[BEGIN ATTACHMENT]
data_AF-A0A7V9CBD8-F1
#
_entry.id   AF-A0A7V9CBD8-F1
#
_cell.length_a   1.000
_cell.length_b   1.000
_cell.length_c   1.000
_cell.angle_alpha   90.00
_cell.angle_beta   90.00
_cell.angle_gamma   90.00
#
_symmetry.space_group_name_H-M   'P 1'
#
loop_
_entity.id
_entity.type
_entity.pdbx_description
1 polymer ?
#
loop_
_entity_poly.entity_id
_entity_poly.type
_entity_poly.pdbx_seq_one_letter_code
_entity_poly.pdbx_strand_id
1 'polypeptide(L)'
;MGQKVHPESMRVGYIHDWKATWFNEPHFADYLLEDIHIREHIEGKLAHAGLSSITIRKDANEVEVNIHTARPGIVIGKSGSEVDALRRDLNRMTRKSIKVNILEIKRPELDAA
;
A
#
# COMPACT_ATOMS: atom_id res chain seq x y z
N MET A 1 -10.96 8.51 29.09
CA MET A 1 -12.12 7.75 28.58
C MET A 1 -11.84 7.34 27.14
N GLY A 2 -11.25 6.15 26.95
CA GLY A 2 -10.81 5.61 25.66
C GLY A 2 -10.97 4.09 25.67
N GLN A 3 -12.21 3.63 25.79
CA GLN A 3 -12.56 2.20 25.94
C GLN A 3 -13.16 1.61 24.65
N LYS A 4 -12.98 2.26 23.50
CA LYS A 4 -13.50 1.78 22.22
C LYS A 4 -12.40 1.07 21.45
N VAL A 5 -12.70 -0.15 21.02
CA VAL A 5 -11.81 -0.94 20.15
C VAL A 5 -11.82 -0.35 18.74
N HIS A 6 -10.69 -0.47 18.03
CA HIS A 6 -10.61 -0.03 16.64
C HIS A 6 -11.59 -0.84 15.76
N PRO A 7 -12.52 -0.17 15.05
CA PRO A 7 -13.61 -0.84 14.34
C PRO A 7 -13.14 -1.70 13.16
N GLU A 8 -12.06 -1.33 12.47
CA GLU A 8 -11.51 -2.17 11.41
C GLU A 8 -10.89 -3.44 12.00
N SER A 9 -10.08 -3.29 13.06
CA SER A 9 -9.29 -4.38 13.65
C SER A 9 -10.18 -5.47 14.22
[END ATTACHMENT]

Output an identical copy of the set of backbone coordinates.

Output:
data_AF-A0A7V9CBD8-F1
#
_entry.id   AF-A0A7V9CBD8-F1
#
_cell.length_a   1.000
_cell.length_b   1.000
_cell.length_c   1.000
_cell.angle_alpha   90.00
_cell.angle_beta   90.00
_cell.angle_gamma   90.00
#
_symmetry.space_group_name_H-M   'P 1'
#
loop_
_entity.id
_entity.type
_entity.pdbx_description
1 polymer ?
#
loop_
_entity_poly.entity_id
_entity_poly.type
_entity_poly.pdbx_seq_one_letter_code
_entity_poly.pdbx_strand_id
1 'polypeptide(L)'
;MGQKVHPESMRVGYIHDWKATWFNEPHFADYLLEDIHIREHIEGKLAHAGLSSITIRKDANEVEVNIHTARPGIVIGKSGSEVDALRRDLNRMTRKSIKVNILEIKRPELDAA
;
A
#
# COMPACT_ATOMS: atom_id res chain seq x y z
N MET A 1 -10.96 8.51 29.09
CA MET A 1 -12.12 7.75 28.58
C MET A 1 -11.84 7.34 27.14
N GLY A 2 -11.25 6.15 26.95
CA GLY A 2 -10.81 5.61 25.66
C GLY A 2 -10.97 4.09 25.67
N GLN A 3 -12.21 3.63 25.79
CA GLN A 3 -12.56 2.20 25.94
C GLN A 3 -13.16 1.61 24.65
N LYS A 4 -12.98 2.26 23.50
CA LYS A 4 -13.50 1.78 22.22
C LYS A 4 -12.40 1.07 21.45
N VAL A 5 -12.70 -0.15 21.02
CA VAL A 5 -11.81 -0.94 20.15
C VAL A 5 -11.82 -0.35 18.74
N HIS A 6 -10.69 -0.47 18.03
CA HIS A 6 -10.61 -0.03 16.64
C HIS A 6 -11.59 -0.84 15.76
N PRO A 7 -12.52 -0.17 15.05
CA PRO A 7 -13.61 -0.84 14.34
C PRO A 7 -13.14 -1.70 13.16
N GLU A 8 -12.06 -1.33 12.47
CA GLU A 8 -11.51 -2.17 11.41
C GLU A 8 -10.89 -3.44 12.00
N SER A 9 -10.08 -3.29 13.06
CA SER A 9 -9.29 -4.38 13.65
C SER A 9 -10.18 -5.47 14.22